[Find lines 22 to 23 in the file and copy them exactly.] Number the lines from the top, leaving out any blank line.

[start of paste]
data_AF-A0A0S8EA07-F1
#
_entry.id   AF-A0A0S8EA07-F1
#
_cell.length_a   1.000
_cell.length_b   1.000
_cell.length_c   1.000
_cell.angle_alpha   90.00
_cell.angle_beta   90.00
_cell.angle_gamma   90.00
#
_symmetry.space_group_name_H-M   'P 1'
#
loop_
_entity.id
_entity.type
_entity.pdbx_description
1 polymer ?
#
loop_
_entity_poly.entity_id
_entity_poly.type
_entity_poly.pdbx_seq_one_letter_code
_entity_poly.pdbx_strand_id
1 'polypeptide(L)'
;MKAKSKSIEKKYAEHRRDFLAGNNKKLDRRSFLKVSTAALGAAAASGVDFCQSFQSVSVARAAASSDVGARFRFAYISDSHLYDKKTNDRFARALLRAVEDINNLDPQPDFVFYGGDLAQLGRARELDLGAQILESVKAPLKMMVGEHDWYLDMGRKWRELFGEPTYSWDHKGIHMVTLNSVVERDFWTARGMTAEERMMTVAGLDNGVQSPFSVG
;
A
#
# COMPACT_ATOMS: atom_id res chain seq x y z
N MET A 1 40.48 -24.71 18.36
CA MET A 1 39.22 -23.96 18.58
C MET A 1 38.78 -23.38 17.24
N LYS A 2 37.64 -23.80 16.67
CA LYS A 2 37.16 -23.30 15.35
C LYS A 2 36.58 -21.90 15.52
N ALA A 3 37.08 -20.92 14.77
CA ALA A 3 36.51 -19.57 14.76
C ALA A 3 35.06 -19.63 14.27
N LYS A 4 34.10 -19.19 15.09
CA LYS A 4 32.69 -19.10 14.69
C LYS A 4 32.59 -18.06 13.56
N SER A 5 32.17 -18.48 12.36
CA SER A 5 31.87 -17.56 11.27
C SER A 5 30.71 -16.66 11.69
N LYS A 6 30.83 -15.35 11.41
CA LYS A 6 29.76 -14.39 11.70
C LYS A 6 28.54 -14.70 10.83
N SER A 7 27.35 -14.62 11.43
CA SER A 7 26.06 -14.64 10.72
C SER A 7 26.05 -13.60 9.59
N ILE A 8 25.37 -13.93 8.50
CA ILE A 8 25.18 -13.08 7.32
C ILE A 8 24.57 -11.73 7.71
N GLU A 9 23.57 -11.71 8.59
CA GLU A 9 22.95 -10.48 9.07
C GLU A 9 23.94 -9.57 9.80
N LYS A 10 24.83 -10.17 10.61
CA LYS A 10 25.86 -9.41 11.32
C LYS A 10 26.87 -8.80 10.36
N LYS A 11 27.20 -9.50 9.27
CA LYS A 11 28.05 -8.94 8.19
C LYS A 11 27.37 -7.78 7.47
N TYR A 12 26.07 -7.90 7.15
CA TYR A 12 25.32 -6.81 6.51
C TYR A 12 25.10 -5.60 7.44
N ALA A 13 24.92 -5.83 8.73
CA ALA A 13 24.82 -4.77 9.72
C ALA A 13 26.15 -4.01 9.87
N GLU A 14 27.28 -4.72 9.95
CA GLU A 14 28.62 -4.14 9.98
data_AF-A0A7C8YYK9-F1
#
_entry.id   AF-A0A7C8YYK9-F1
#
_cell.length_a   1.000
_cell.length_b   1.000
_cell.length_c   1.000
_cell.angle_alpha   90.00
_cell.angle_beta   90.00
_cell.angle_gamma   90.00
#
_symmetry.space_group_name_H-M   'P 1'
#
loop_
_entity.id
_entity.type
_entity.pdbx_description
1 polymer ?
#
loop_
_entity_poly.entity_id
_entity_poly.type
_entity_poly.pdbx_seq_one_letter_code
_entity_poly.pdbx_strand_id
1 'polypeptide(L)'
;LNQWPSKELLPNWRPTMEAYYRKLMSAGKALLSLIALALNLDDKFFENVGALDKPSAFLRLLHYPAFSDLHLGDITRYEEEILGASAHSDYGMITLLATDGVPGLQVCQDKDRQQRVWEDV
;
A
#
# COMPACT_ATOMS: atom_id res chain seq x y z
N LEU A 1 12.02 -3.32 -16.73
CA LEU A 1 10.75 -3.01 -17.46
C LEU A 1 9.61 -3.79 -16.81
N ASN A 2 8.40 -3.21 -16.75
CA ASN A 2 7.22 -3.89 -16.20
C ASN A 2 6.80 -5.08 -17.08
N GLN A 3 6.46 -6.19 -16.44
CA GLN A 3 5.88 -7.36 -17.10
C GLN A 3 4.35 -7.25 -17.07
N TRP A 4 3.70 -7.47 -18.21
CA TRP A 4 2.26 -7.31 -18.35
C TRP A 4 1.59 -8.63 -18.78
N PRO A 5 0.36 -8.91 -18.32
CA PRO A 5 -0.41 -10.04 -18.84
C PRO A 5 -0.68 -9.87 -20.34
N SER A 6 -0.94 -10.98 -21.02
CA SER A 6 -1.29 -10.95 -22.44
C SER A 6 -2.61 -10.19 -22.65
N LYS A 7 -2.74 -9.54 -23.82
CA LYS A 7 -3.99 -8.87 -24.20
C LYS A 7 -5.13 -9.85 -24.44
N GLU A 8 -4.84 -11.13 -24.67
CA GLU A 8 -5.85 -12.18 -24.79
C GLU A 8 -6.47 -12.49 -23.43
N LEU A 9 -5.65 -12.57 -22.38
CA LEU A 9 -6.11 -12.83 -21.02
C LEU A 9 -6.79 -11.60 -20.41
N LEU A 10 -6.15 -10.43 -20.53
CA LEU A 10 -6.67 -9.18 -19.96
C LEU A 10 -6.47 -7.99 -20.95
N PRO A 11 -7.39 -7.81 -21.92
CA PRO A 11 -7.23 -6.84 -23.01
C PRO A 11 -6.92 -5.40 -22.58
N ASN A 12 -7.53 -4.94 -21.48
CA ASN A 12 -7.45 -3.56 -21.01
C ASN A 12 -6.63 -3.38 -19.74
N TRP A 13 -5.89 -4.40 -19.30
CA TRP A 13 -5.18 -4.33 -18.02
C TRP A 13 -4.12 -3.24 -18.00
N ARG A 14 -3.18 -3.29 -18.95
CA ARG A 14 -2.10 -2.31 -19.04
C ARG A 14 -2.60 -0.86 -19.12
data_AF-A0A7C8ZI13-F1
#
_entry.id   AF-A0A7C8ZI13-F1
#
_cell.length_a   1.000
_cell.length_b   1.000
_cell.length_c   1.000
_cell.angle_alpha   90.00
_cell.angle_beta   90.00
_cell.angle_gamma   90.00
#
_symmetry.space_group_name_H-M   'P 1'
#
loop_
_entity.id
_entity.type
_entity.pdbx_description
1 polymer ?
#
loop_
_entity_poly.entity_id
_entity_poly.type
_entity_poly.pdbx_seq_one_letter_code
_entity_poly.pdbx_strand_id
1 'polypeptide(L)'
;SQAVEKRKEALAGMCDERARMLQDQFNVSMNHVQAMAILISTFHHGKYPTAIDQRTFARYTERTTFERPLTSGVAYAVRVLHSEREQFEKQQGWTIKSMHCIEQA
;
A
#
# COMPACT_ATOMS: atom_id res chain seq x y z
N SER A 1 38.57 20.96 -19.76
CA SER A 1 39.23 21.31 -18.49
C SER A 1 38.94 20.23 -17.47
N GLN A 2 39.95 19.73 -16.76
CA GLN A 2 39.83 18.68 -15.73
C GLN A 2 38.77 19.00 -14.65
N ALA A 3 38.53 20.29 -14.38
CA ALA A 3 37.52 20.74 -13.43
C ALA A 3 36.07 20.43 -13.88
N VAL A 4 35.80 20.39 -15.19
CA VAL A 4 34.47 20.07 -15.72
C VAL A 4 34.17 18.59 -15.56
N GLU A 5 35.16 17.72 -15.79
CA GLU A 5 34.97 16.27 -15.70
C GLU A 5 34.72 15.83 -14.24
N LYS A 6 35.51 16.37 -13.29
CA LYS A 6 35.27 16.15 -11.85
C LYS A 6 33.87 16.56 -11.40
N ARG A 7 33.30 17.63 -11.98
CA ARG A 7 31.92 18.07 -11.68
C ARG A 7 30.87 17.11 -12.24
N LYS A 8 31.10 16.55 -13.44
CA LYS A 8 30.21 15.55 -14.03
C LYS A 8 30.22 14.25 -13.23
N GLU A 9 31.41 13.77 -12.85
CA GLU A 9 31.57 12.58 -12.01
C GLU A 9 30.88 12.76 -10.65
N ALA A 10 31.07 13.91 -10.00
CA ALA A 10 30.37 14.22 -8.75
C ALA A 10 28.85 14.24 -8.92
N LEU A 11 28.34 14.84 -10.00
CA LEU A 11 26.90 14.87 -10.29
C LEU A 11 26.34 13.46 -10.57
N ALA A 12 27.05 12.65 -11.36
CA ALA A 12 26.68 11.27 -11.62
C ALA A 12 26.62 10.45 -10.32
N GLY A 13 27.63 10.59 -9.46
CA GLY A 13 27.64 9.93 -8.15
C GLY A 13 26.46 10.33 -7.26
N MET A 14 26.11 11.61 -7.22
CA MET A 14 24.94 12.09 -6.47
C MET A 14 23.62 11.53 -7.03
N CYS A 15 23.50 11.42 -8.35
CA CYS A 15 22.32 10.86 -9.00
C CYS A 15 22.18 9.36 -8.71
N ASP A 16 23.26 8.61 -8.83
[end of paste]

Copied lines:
_entity_poly.type
_entity_poly.pdbx_seq_one_letter_code